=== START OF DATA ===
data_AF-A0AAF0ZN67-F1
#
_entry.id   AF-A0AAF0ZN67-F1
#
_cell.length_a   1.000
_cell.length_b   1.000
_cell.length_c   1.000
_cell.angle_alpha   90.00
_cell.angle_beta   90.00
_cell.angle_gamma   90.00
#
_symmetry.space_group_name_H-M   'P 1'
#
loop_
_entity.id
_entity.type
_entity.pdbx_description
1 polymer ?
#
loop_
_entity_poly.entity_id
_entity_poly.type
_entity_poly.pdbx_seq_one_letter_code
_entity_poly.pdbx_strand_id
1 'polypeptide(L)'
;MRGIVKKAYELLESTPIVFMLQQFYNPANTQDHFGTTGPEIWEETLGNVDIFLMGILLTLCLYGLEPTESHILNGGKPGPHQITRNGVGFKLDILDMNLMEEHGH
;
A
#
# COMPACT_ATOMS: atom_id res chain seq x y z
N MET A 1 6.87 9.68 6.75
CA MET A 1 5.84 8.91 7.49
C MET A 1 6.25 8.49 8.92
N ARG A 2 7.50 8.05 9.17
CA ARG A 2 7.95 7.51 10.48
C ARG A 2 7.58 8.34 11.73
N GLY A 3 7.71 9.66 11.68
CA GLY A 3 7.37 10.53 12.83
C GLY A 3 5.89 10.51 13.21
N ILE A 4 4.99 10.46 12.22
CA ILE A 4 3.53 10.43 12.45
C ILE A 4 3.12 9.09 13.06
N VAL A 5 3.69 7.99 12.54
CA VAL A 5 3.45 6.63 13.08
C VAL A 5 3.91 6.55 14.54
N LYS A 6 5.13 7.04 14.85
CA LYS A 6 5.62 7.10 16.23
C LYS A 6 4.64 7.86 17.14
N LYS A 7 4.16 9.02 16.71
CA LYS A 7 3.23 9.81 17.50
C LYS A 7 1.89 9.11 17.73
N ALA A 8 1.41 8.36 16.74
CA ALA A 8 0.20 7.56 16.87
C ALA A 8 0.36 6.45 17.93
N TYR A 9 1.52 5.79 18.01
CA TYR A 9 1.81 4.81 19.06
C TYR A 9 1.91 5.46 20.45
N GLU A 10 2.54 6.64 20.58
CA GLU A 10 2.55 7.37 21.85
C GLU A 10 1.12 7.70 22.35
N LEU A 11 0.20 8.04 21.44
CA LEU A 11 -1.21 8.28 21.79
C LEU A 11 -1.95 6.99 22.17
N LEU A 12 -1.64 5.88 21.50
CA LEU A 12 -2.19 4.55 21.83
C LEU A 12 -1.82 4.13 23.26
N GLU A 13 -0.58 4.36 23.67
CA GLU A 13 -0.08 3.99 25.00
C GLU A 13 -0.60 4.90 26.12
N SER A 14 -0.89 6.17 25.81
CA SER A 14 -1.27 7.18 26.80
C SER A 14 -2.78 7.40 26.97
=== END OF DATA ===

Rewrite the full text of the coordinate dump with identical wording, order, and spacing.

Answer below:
data_AF-A0AAF0ZN67-F1
#
_entry.id   AF-A0AAF0ZN67-F1
#
_cell.length_a   1.000
_cell.length_b   1.000
_cell.length_c   1.000
_cell.angle_alpha   90.00
_cell.angle_beta   90.00
_cell.angle_gamma   90.00
#
_symmetry.space_group_name_H-M   'P 1'
#
loop_
_entity.id
_entity.type
_entity.pdbx_description
1 polymer ?
#
loop_
_entity_poly.entity_id
_entity_poly.type
_entity_poly.pdbx_seq_one_letter_code
_entity_poly.pdbx_strand_id
1 'polypeptide(L)'
;MRGIVKKAYELLESTPIVFMLQQFYNPANTQDHFGTTGPEIWEETLGNVDIFLMGILLTLCLYGLEPTESHILNGGKPGPHQITRNGVGFKLDILDMNLMEEHGH
;
A
#
# COMPACT_ATOMS: atom_id res chain seq x y z
N MET A 1 6.87 9.68 6.75
CA MET A 1 5.84 8.91 7.49
C MET A 1 6.25 8.49 8.92
N ARG A 2 7.50 8.05 9.17
CA ARG A 2 7.95 7.51 10.48
C ARG A 2 7.58 8.34 11.73
N GLY A 3 7.71 9.66 11.68
CA GLY A 3 7.37 10.53 12.83
C GLY A 3 5.89 10.51 13.21
N ILE A 4 4.99 10.46 12.22
CA ILE A 4 3.53 10.43 12.45
C ILE A 4 3.12 9.09 13.06
N VAL A 5 3.69 7.99 12.54
CA VAL A 5 3.45 6.63 13.08
C VAL A 5 3.91 6.55 14.54
N LYS A 6 5.13 7.04 14.85
CA LYS A 6 5.62 7.10 16.23
C LYS A 6 4.64 7.86 17.14
N LYS A 7 4.16 9.02 16.71
CA LYS A 7 3.23 9.81 17.50
C LYS A 7 1.89 9.11 17.73
N ALA A 8 1.41 8.36 16.74
CA ALA A 8 0.20 7.56 16.87
C ALA A 8 0.36 6.45 17.93
N TYR A 9 1.52 5.79 18.01
CA TYR A 9 1.81 4.81 19.06
C TYR A 9 1.91 5.46 20.45
N GLU A 10 2.54 6.64 20.58
CA GLU A 10 2.55 7.37 21.85
C GLU A 10 1.12 7.70 22.35
N LEU A 11 0.20 8.04 21.44
CA LEU A 11 -1.21 8.28 21.79
C LEU A 11 -1.95 6.99 22.17
N LEU A 12 -1.64 5.88 21.50
CA LEU A 12 -2.19 4.55 21.83
C LEU A 12 -1.82 4.13 23.26
N GLU A 13 -0.58 4.36 23.67
CA GLU A 13 -0.08 3.99 25.00
C GLU A 13 -0.60 4.90 26.12
N SER A 14 -0.89 6.17 25.81
CA SER A 14 -1.27 7.18 26.80
C SER A 14 -2.78 7.40 26.97